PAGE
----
digi.me | GSP

A Growth Share Plan enabled digi.me to account for non-employee participants in their share planning

digi.me

The client’s situation at the start of the story

digi.me was incorporated in 2009 and uses groundbreaking technology to allow consumers to gather together, in a secure environment, information such as social, health, financial, telco and fmcg data from a variety of sources and locations and share it privately on their terms, using the company’s bespoke Consent Access process.

The company had successfully attracted significant funding over the years, including from Enterprise Investment Scheme (EIS) investors, all of which had been invested directly into the company to develop technologies and reach out to new markets. By 2016, the company had agreed with investors for a 10% equity pool to be set aside for existing and future employees and executives. Equity incentives were to be discretionary and potential participants included a variety of employees and non-employees, and UK and non-UK based individuals.

It was essential that the EIS status of the company remain undisturbed by any proposed share plan. It was also of importance that the share plan only delivered rewards based on future growth in the Company’s value.

Why was the client eligible for the specific share plan?

The Company was eligible for Enterprise Management Incentives (EMI). However, some of the participants were not employees so would not qualify.

In order to ensure that the proposed share plan only delivered a share in the future growth in value to participants, a Growth Share Plan (GSP) was proposed. This involved the creation of a new class of shares that would only share in sale proceeds once a certain threshold had been exceeded.

The EIS investors had invested in ordinary shares. EIS companies are limited in terms of different share classes that can be used because the EIS shares cannot be seen to have preferential rights over other share classes, in particular in relation to dividends and the distribution of assets on a winding up of the company.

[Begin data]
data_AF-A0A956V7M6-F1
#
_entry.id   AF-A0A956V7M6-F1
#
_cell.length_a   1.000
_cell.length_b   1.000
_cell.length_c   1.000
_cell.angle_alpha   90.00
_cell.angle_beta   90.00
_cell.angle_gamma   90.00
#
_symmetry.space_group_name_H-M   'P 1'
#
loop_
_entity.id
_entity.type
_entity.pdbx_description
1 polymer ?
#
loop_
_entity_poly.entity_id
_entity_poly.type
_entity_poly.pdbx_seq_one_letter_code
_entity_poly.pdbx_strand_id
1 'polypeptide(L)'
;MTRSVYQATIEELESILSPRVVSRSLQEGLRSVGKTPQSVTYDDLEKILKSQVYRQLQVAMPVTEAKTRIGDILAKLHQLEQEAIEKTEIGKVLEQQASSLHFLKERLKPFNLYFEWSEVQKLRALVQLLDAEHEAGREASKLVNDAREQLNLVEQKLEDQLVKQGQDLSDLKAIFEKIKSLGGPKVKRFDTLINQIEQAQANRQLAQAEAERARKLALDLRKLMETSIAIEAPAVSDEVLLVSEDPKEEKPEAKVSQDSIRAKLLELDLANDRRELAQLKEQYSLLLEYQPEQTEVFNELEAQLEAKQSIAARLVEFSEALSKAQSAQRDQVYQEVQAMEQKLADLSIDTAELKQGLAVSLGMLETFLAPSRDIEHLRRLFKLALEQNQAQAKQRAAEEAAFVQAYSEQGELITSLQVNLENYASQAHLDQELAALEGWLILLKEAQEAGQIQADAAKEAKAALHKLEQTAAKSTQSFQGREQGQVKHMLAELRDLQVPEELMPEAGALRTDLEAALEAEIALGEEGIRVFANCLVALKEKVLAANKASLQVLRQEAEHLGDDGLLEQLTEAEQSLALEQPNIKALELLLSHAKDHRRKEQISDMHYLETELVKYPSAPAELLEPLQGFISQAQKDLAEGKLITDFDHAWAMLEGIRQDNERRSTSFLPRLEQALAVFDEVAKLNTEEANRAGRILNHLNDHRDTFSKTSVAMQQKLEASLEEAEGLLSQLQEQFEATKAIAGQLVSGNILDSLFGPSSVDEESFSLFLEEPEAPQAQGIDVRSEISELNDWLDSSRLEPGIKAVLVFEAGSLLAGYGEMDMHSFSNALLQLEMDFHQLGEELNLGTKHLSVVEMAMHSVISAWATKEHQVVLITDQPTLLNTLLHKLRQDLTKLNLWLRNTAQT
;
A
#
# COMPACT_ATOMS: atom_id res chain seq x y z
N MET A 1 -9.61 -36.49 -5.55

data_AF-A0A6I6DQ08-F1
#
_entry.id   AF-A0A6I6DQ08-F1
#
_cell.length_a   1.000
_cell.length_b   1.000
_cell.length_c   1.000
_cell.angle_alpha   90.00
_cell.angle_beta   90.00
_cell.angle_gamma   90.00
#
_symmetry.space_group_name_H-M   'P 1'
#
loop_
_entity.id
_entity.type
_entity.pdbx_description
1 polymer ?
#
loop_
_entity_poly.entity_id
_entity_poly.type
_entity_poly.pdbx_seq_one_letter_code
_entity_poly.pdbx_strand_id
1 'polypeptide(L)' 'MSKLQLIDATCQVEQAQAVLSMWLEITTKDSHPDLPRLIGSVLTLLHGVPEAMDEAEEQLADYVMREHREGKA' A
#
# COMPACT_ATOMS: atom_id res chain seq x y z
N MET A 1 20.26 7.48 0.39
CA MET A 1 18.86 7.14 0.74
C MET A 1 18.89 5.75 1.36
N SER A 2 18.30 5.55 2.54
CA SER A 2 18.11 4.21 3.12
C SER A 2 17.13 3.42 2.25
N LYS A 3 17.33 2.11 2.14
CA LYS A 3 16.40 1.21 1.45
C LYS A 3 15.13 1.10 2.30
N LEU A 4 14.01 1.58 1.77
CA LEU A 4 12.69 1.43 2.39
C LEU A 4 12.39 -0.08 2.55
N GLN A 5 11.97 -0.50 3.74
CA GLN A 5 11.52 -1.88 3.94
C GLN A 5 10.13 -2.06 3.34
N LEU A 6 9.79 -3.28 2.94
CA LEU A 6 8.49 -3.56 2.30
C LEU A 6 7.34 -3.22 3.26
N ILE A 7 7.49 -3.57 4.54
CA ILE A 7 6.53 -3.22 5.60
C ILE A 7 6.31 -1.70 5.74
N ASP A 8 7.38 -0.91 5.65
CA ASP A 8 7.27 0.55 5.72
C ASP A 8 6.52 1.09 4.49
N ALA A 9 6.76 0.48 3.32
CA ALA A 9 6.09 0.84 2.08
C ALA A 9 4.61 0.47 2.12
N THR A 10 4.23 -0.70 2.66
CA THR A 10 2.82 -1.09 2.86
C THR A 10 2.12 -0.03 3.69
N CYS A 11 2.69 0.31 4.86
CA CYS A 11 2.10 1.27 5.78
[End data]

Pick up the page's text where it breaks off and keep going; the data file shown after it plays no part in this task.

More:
Shortly after RM2 was instructed on this matter, a high profile case highlighted the risks to companies that created a new share class that resulted in the existing ordinary shares carrying preferential rights, however inadvertently and however unlikely the preference was likely to arise.

What did RM2 to help?

RM2 advised on the grant of EMI options over a new class of growth shares to qualifying employees, and the direct subscription for growth shares for those individuals that did not qualify for EMI.

In addition to drafting the documentation, including advising on tailored vesting conditions for the participants, we also amended the company’s Articles of Association to create the new growth share class, liaising with the company’s EIS advisors to ensure that the EIS investors’ tax treatment was not lost as a result. We also agreed the share valuation with HMRC prior to the awards and grants being made.

RM2 currently administers the company’s EMI option arrangements by way of HMRC’s online ERS portal.

Roger Goscomb
COO & CFO, digi.me
“RM2 supported us right through the entire process from inception to registration of the scheme. The RM2 staff were knowledgeable and made themselves readily available to answer a number of queries that arose. A second share scheme is being muted and we shall certainly consider using RM2 again.”